Shembe deal on Vuvuzela rights.

DURBAN, South Africa — AFP reports a South African church has reached a deal with a vuvuzela maker acknowledging that their prophet in 1910 invented the horn that has become the sound of the World Cup, a spokesman said Tuesday.

The Nazareth Baptist Church says its founder Isaiah Shembe invented the monotone instrument a century ago using antelope horns, which his followers used in prayers.

The church had threatened a lawsuit to assert their intellectual property rights over the vuvuzela, which is now mass-produced in plastic and has become the must-have accessory at World Cup matches.

“We are now considered as the official makers of the vuvuzela. We are going to work together,” said the church’s spokesman Enoch Mthembu.

In the 1980s, supporters of Durban’s AmaZulu football club began blowing horns made out of antelope horns or stalks of sugar cane in stadiums.

The tradition was adopted by the Kaizer Chiefs in Soweto, who popularised the instrument around Johannesburg.

Masincedane Sport Company decided to mass produce the horns in plastic in 2001.

The company said it would release details of the deal later this week.

The Nazareth Baptist Churchalso known as the Shembe after its founder, and which claims four million followers and mixes Christianity and Zulu traditions.

Shembe is revered as an African Messiah.

Mthembu said the church wanted to prevent copycat versions of vuvuzelas coming from China.

“Today, our main concern is to close down illegal manufacturers and the Chinese companies which produce very cheap items,” he said.

“It is important for us to be recognised as the inventor of the vuvuzela. It is a South African instrument and the production is out of control now.”

Vuvuzela of the Hebrews

Proof that the Hebrews were Football fans

SOURCE: Mishkan Ministeries.

Provides the following  explanation on the site:-

“The two silver trumpets were used to announce removal of the camp, special festivals, the Year of Jubilee, war, or any other notable event (Numbers 10:2-10), which were to be a single piece (probably manufactured like the pipes of the candelabrum). They were straight as represented on the Arch of Titus where they are exhibited as about equal to each other in average diameter.”

Controversy over Vuvuzela origin

THE  inevitable row over the extremely noisy Vuvuzela  has become a favourite topic of conversation at the FIFA World Cup. But the plastic instrument is drowning out another conversation — who exactly invented the Vuvuzela, and why should plastic versions of traditional musical instruments be protected under South Africa’s Intellectual Property law?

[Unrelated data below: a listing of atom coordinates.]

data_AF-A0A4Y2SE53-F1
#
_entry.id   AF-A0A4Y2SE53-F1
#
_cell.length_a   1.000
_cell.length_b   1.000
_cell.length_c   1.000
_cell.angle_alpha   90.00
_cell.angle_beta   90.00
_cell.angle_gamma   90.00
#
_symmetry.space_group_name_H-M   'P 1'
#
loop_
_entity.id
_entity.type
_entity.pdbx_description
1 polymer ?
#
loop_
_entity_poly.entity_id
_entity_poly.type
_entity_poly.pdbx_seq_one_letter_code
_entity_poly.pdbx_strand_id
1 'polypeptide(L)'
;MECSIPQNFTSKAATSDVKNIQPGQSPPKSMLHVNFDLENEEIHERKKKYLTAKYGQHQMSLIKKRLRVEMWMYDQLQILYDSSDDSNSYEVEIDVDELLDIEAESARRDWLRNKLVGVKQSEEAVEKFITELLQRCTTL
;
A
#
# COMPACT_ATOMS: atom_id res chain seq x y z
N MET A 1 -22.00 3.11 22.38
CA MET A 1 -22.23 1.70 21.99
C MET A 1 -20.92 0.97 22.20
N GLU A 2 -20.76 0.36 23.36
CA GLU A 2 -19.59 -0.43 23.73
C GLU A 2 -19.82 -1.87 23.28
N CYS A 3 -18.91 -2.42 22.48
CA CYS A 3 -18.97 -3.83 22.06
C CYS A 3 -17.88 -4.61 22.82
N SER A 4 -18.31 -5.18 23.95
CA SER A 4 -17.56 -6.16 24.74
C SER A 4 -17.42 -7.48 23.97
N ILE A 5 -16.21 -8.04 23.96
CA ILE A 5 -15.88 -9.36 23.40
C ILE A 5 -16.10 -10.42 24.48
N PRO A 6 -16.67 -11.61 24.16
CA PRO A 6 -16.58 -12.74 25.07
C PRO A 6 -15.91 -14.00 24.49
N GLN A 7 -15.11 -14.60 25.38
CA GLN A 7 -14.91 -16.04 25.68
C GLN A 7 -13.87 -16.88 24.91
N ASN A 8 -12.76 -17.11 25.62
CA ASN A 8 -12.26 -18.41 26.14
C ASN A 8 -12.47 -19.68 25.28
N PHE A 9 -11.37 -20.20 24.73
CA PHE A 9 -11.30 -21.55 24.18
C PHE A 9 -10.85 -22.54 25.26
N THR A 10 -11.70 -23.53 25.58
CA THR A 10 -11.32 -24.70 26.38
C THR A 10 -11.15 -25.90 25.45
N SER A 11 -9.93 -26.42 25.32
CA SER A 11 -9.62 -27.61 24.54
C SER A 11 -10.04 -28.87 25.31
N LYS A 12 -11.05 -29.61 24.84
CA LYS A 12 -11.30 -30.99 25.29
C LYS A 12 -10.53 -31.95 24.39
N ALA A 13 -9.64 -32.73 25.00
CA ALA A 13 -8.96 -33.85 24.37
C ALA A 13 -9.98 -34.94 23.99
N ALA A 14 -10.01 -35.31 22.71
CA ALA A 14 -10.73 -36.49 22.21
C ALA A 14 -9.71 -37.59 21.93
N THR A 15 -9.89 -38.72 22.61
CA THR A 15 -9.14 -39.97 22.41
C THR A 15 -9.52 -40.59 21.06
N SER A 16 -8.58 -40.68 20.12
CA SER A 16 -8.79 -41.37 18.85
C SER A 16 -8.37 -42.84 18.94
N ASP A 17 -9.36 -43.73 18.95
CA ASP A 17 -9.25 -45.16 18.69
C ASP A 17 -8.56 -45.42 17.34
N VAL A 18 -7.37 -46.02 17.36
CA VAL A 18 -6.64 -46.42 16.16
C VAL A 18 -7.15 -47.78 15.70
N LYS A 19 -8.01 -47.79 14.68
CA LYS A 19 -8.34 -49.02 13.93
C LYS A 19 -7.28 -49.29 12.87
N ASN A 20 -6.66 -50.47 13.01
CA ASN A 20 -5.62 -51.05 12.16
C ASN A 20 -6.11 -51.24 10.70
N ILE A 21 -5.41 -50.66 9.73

There are conflicting reports in the media about the origin of the Vuvuzela. While most local newspapers attribute the invention to local South African businessman  Neil van Schalkwyk, 36, according to the UK Guardian, a man by the name of Freddie Maake, 53 from Johannesburg claims to have invented the device.

The football fan said he created the vuvuzela prototype in the mid-70s and developed versions in aluminium and plastic, but in 2001 a company trademarked it and mass produced it. Maake said he asked for royalties but the talks broke down.

Neil van Schalkwyk of Masincedane Sport, a sporting goods and apparel company, says he is the inventor and has papers to prove it.  According to the Guardian, van Schalkwyk   a football fan, used to play semi-professionally. “I saw a tin version of the product at the stadiums,” he recalls. “With my background in plastics, I spoke to my then manager about us developing a plastic version in about 1999. The first samples were made in 2001 and we started getting the product out into the market then.”

Maake on the other hand, says he came up with the design and name: “I’m the father of vuvuzela,” he said. “The name comes from me. van Schalkwyk called his prototype something completely different.”  Production of the patented plastic Vuvuzela was announced shortly after South Africa won the rights to stage the world cup event.  The plastic Vuvuzela has a remarkable resemblance to the Swiss Horn, and other traditional European and African instruments which have been with us for thousands of years. While Maake is not making a cent, van Schalkwyk reckons the industry is worth R50 million a year.  It is unlikely the dispute will ever reach court, since litigation in terms of South African Intellectual Property Law is incredibly expense. Nevertheless, it would be interesting to see if van Schalkwyk’s claim holds up. It would not be the first time that patents have been overturned after unscrupulous investors have exploited traditional knowledge.